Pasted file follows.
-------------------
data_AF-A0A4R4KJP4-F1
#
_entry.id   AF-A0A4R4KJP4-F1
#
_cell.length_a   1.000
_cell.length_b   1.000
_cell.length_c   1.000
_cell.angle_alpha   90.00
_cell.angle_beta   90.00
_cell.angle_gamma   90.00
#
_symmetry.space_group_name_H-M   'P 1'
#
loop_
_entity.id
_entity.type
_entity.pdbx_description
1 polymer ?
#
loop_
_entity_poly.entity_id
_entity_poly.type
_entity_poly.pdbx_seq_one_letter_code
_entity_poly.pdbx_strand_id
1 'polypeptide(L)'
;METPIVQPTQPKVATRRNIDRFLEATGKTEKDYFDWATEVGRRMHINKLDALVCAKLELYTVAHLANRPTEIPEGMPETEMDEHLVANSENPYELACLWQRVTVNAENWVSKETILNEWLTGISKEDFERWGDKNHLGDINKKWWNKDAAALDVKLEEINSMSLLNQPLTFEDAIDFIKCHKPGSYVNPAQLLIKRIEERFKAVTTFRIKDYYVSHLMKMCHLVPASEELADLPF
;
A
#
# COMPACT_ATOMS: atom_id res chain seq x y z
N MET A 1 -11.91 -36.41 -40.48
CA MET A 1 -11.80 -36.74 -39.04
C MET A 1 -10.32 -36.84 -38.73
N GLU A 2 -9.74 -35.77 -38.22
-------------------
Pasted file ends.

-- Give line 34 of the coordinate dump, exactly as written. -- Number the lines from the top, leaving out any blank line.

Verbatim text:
N GLU A 2 -9.74 -35.77 -38.22